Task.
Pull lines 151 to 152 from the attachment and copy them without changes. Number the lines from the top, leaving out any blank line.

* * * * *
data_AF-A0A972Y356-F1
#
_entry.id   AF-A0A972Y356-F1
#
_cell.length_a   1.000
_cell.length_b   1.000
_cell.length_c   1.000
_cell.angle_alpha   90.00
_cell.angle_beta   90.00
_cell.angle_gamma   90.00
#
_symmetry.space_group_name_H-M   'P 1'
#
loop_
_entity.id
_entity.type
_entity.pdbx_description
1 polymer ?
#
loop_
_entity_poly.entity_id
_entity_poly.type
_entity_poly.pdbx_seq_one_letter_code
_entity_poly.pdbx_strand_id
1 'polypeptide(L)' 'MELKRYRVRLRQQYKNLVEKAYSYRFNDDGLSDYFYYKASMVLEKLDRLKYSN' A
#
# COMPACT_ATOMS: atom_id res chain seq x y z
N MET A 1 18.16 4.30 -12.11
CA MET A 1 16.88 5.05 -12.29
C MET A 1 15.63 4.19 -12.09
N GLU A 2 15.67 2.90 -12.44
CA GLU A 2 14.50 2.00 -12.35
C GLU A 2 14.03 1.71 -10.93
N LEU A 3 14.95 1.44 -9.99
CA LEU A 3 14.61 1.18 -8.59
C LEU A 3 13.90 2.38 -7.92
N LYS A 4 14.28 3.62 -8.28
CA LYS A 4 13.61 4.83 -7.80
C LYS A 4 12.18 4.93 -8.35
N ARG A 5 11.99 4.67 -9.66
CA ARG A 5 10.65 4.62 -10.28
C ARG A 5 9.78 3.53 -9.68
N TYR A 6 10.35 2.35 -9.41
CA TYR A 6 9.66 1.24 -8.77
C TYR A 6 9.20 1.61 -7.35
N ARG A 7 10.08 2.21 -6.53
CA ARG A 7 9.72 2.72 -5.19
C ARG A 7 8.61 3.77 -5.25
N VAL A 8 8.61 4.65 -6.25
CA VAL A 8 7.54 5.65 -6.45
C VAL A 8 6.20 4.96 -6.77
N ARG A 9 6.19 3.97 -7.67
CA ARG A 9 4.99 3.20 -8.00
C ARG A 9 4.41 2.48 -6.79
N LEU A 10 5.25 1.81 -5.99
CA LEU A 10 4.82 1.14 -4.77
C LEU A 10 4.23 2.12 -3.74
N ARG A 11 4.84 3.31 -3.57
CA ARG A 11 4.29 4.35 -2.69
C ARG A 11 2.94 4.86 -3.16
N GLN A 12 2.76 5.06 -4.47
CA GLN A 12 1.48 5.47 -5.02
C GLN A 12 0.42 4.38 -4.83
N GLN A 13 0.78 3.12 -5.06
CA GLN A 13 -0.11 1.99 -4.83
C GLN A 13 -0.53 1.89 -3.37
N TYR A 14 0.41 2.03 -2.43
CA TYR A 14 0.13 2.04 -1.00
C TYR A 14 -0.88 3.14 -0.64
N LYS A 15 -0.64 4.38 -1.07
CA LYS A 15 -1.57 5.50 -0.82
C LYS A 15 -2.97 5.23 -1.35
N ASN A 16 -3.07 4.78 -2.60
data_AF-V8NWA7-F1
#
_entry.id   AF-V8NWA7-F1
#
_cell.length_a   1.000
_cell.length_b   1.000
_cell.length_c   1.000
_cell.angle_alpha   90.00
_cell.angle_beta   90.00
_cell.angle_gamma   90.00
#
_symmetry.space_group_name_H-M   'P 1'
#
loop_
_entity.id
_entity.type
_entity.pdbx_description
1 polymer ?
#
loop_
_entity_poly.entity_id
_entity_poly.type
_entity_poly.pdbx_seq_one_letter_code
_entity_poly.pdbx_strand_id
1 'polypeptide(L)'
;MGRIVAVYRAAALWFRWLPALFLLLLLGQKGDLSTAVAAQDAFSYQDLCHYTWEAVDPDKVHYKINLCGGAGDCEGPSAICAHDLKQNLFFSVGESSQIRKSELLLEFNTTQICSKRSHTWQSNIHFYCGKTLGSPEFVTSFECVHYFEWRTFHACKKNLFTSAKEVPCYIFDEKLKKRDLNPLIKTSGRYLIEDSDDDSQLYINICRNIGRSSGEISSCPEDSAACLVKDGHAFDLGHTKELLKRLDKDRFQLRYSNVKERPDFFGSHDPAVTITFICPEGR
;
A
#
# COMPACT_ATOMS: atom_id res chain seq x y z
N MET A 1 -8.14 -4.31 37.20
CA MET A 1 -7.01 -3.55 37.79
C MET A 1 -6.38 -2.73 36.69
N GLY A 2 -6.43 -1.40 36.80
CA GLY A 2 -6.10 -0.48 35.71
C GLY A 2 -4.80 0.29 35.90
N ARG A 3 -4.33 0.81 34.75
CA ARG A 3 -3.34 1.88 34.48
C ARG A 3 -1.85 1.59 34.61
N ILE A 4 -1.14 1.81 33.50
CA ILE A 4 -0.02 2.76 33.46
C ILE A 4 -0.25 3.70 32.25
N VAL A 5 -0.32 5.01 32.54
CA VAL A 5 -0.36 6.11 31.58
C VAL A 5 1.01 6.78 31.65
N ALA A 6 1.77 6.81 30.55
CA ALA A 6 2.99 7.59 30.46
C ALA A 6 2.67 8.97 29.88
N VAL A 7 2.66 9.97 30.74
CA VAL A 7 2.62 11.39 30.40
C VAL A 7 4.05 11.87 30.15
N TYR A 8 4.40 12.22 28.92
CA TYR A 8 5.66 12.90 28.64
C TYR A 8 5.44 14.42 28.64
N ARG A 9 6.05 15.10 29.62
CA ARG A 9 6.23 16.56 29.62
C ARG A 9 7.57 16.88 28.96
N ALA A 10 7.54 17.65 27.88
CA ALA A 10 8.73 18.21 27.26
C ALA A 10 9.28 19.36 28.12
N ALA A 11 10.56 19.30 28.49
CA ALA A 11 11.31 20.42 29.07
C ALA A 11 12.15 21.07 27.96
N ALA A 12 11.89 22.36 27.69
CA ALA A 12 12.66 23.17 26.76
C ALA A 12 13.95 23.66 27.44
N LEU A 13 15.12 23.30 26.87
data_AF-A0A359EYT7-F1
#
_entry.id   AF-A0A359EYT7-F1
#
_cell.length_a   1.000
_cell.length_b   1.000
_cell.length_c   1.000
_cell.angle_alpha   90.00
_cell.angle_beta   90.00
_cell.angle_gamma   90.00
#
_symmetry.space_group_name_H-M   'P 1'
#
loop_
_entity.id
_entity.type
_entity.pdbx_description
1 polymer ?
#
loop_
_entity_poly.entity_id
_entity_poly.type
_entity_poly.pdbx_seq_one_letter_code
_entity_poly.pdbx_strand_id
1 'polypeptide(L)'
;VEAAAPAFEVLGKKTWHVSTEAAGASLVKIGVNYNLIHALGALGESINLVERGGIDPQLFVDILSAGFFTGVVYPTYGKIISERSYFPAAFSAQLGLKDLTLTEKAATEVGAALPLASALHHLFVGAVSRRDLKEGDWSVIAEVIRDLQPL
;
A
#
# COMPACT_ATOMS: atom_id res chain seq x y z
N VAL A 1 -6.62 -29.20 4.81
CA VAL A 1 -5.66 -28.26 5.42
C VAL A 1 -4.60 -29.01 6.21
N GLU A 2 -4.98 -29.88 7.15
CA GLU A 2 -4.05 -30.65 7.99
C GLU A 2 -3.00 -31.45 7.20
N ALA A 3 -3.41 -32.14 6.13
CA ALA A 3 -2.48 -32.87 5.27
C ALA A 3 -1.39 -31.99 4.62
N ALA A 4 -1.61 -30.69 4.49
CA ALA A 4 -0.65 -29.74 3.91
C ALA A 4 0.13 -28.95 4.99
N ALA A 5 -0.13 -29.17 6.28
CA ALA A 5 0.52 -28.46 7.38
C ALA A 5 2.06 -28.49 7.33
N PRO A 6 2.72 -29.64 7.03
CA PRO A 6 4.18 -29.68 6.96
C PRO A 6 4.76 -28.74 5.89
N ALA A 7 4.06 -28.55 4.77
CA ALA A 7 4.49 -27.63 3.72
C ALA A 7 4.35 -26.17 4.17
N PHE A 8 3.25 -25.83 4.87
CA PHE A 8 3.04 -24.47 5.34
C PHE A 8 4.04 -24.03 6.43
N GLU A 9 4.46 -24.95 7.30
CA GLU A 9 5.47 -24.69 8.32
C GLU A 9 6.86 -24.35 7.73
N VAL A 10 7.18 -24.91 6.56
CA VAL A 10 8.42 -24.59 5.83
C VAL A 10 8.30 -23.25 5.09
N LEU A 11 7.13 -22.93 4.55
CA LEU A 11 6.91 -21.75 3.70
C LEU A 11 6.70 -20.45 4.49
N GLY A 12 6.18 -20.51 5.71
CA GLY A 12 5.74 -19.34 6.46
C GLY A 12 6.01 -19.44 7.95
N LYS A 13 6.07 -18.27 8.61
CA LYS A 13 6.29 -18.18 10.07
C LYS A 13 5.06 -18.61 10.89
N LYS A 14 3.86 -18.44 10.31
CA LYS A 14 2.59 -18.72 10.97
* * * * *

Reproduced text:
#
_symmetry.space_group_name_H-M   'P 1'